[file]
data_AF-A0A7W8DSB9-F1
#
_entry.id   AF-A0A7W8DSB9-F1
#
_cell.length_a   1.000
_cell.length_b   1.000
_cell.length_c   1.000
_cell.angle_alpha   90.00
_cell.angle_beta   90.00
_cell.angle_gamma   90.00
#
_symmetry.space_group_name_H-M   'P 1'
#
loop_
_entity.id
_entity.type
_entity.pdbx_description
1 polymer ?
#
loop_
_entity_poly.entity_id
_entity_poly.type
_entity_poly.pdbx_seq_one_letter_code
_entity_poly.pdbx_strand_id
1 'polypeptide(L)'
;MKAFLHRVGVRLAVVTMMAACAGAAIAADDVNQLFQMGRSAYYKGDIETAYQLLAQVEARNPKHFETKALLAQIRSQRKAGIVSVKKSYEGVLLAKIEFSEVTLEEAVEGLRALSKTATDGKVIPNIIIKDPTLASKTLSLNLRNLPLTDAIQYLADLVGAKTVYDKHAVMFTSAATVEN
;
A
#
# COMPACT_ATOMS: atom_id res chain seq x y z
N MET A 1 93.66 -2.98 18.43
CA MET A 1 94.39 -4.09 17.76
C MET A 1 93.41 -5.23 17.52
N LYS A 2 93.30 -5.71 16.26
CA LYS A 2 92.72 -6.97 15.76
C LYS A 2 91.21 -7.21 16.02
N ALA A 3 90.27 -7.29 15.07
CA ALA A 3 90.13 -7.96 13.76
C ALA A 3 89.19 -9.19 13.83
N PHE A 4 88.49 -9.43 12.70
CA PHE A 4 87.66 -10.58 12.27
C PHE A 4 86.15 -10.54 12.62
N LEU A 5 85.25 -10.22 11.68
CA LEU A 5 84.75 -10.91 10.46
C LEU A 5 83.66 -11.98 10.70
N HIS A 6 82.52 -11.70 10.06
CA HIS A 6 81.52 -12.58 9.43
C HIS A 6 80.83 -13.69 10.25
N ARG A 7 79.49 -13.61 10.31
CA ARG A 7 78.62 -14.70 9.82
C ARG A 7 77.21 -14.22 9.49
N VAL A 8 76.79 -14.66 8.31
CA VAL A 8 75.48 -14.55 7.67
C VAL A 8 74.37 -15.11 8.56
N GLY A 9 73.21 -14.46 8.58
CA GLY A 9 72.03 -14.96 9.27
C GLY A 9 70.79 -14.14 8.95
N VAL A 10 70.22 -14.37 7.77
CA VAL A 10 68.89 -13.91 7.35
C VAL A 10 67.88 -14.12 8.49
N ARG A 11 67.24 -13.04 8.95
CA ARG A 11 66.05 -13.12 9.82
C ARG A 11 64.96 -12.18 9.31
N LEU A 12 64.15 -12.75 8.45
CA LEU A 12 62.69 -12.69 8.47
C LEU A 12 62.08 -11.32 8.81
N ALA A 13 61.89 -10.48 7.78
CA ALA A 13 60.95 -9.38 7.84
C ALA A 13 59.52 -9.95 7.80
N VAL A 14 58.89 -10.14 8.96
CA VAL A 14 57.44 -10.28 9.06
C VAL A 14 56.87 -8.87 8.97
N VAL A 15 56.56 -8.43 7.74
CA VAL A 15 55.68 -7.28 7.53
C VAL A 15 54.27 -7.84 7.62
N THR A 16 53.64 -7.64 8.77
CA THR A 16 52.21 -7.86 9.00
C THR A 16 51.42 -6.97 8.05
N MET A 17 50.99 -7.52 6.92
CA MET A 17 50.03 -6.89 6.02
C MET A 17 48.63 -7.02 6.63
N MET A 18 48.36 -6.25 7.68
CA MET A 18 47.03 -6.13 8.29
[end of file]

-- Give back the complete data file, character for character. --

data_AF-A0A7W8DSB9-F1
#
_entry.id   AF-A0A7W8DSB9-F1
#
_cell.length_a   1.000
_cell.length_b   1.000
_cell.length_c   1.000
_cell.angle_alpha   90.00
_cell.angle_beta   90.00
_cell.angle_gamma   90.00
#
_symmetry.space_group_name_H-M   'P 1'
#
loop_
_entity.id
_entity.type
_entity.pdbx_description
1 polymer ?
#
loop_
_entity_poly.entity_id
_entity_poly.type
_entity_poly.pdbx_seq_one_letter_code
_entity_poly.pdbx_strand_id
1 'polypeptide(L)'
;MKAFLHRVGVRLAVVTMMAACAGAAIAADDVNQLFQMGRSAYYKGDIETAYQLLAQVEARNPKHFETKALLAQIRSQRKAGIVSVKKSYEGVLLAKIEFSEVTLEEAVEGLRALSKTATDGKVIPNIIIKDPTLASKTLSLNLRNLPLTDAIQYLADLVGAKTVYDKHAVMFTSAATVEN
;
A
#
# COMPACT_ATOMS: atom_id res chain seq x y z
N MET A 1 93.66 -2.98 18.43
CA MET A 1 94.39 -4.09 17.76
C MET A 1 93.41 -5.23 17.52
N LYS A 2 93.30 -5.71 16.26
CA LYS A 2 92.72 -6.97 15.76
C LYS A 2 91.21 -7.21 16.02
N ALA A 3 90.27 -7.29 15.07
CA ALA A 3 90.13 -7.96 13.76
C ALA A 3 89.19 -9.19 13.83
N PHE A 4 88.49 -9.43 12.70
CA PHE A 4 87.66 -10.58 12.27
C PHE A 4 86.15 -10.54 12.62
N LEU A 5 85.25 -10.22 11.68
CA LEU A 5 84.75 -10.91 10.46
C LEU A 5 83.66 -11.98 10.70
N HIS A 6 82.52 -11.70 10.06
CA HIS A 6 81.52 -12.58 9.43
C HIS A 6 80.83 -13.69 10.25
N ARG A 7 79.49 -13.61 10.31
CA ARG A 7 78.62 -14.70 9.82
C ARG A 7 77.21 -14.22 9.49
N VAL A 8 76.79 -14.66 8.31
CA VAL A 8 75.48 -14.55 7.67
C VAL A 8 74.37 -15.11 8.56
N GLY A 9 73.21 -14.46 8.58
CA GLY A 9 72.03 -14.96 9.27
C GLY A 9 70.79 -14.14 8.95
N VAL A 10 70.22 -14.37 7.77
CA VAL A 10 68.89 -13.91 7.35
C VAL A 10 67.88 -14.12 8.49
N ARG A 11 67.24 -13.04 8.95
CA ARG A 11 66.05 -13.12 9.82
C ARG A 11 64.96 -12.18 9.31
N LEU A 12 64.15 -12.75 8.45
CA LEU A 12 62.69 -12.69 8.47
C LEU A 12 62.08 -11.32 8.81
N ALA A 13 61.89 -10.48 7.78
CA ALA A 13 60.95 -9.38 7.84
C ALA A 13 59.52 -9.95 7.80
N VAL A 14 58.89 -10.14 8.96
CA VAL A 14 57.44 -10.28 9.06
C VAL A 14 56.87 -8.87 8.97
N VAL A 15 56.56 -8.43 7.74
CA VAL A 15 55.68 -7.28 7.53
C VAL A 15 54.27 -7.84 7.62
N THR A 16 53.64 -7.64 8.77
CA THR A 16 52.21 -7.86 9.00
C THR A 16 51.42 -6.97 8.05
N MET A 17 50.99 -7.52 6.92
CA MET A 17 50.03 -6.89 6.02
C MET A 17 48.63 -7.02 6.63
N MET A 18 48.36 -6.25 7.68
CA MET A 18 47.03 -6.13 8.29